Changing temperature anomaly baselines

I wanted to check whether the choice of baseline can affect the calculation of  global temperature anomalies from station data. Each temperature index (GISS, Berkeley, CRU) uses different normalisation periods for calculating weather station temperature anomalies. I was surprised to discover that this choice makes no difference whatsoever to the results.

I used the new GHCN V4 which contains 27315 weather stations, and calculated the global average temperature anomaly relative to 5 different 30-year baseline periods using Spherical triangulation. Selecting different baselines restricts the analysis to those stations with sufficient data falling within those periods. Here are the results.

Global Land temperature anomalies calculated relative to 5 different baselines. The numbers in brackets are the number of stations contributing for each baseline period.

All the trends are very similar despite a factor of up to 8 difference in the number of stations used.  We can compare them all directly by offsetting each onto the same 1961-1990 baseline. To do this I simply scale each one by the offset difference between 1961-1990 (shown in ‘calc’ brackets).

All 5 baselines offset to the same 1961-1990 normalisation. The offsets are shown as Calc.

The results are surprisingly similar.  This means that the choice of baseline period is essentially arbitrary and does not affect the end result.

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3 Responses to Changing temperature anomaly baselines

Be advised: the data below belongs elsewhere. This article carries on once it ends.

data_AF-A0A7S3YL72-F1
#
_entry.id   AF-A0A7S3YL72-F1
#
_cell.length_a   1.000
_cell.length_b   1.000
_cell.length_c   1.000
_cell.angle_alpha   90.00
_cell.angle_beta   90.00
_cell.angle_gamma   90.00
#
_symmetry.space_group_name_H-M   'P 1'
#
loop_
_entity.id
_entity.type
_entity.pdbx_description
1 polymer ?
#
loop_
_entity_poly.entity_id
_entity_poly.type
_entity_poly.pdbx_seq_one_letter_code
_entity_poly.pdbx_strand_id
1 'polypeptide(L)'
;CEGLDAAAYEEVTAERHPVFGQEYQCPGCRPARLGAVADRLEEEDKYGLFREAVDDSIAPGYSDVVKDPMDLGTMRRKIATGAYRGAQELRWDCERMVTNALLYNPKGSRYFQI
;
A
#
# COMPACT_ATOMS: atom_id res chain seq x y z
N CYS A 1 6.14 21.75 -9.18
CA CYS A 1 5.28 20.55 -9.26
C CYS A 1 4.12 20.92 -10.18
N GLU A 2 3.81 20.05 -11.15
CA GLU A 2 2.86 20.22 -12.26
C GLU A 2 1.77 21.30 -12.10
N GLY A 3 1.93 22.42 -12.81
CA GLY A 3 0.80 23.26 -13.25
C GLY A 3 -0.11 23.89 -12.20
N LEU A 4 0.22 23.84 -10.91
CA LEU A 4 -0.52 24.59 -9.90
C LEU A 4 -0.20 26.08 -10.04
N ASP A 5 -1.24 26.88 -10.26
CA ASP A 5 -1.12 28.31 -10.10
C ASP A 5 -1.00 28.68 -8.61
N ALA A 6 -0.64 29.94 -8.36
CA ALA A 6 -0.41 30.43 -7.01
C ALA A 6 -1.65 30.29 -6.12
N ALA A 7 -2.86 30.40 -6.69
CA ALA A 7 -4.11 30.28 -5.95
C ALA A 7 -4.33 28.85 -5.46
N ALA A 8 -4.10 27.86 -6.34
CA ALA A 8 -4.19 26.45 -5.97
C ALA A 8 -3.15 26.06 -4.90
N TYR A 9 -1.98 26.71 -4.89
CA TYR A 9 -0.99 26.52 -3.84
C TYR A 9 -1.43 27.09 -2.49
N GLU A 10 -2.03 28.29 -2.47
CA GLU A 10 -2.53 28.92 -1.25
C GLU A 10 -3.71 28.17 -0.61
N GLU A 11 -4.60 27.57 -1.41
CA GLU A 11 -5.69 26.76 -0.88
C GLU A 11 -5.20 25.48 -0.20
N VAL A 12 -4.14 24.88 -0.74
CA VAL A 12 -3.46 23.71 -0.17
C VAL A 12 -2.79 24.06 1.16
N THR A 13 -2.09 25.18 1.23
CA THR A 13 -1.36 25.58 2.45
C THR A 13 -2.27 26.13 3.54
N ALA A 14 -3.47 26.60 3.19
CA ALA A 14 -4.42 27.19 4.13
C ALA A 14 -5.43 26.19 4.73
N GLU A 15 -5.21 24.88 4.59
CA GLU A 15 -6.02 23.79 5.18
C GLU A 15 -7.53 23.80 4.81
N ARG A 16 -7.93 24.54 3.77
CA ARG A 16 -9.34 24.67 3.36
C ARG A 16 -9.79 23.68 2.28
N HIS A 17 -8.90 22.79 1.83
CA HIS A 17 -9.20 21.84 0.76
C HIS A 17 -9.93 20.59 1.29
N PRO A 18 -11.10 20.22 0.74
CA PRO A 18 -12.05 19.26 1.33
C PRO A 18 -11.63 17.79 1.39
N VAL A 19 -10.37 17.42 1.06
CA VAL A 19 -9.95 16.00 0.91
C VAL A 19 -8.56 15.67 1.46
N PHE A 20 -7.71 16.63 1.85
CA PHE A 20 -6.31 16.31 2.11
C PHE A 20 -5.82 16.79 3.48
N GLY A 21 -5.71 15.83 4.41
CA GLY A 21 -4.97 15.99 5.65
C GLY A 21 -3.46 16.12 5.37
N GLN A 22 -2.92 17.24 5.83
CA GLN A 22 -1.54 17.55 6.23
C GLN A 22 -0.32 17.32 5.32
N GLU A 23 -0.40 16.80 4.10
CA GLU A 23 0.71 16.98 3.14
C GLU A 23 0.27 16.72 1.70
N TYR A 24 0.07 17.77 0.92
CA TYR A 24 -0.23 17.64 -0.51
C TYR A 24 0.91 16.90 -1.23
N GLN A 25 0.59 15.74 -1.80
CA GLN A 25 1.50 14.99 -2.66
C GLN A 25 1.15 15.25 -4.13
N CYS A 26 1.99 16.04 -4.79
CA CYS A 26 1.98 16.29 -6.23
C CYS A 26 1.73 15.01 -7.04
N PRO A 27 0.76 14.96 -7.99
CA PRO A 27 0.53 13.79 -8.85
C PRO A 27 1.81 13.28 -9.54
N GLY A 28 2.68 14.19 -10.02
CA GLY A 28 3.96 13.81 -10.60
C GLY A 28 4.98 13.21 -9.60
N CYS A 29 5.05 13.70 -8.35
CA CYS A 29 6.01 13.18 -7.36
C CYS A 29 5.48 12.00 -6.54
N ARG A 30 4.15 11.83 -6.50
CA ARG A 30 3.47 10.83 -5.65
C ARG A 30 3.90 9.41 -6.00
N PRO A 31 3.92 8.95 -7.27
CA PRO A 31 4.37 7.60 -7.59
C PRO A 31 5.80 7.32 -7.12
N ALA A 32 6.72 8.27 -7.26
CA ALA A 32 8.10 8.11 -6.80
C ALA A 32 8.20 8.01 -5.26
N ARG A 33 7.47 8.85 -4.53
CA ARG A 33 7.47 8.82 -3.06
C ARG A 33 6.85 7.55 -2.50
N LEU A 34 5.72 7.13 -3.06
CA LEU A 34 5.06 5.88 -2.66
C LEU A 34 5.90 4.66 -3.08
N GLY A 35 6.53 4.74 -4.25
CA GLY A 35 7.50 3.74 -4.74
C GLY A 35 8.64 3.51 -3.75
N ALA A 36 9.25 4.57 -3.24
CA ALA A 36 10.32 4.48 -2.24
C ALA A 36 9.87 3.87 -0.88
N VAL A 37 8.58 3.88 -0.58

1. Bryce F Payne says:

    “All the trends are very similar despite a factor of up to 8 difference in the number of stations used….The results are surprisingly similar. This means that the choice of baseline period is essentially arbitrary and does not affect the end result.”
    Central Value Theorem still stands.
    There are enough stations in the available data to provide a statistically consistent picture.
    Appear to be two periods of falling and two periods of rising temp.
    Falling T periods are roughly half as long and half as steep as rising T periods, i.e., climate is warming.
    Pattern suggests may be an upcoming period of falling T.
    If not, then………
    Unfortunately the whole data set includes only two falling/rising T cycles, and no longer term cycles.

  2. Pingback: Changing temperature anomaly baselines – Climate Collections

  3. oz4caster says:

    For annual temperature anomalies, changing baselines simply shifts all the annual values up or down by a constant amount and does not effect trends. However, for monthly or daily temperature anomalies I have found that changing baselines can effect seasonal patterns, but does not effect long-term trends. Here is an example looking at daily NCEP/NCAR Reanalysis 1 temperature anomalies:
    https://oz4caster.wordpress.com/2019/02/15/global-temperature-reanalysis-baseline-comparisons/

    I am planning to post some additional results in the near future.

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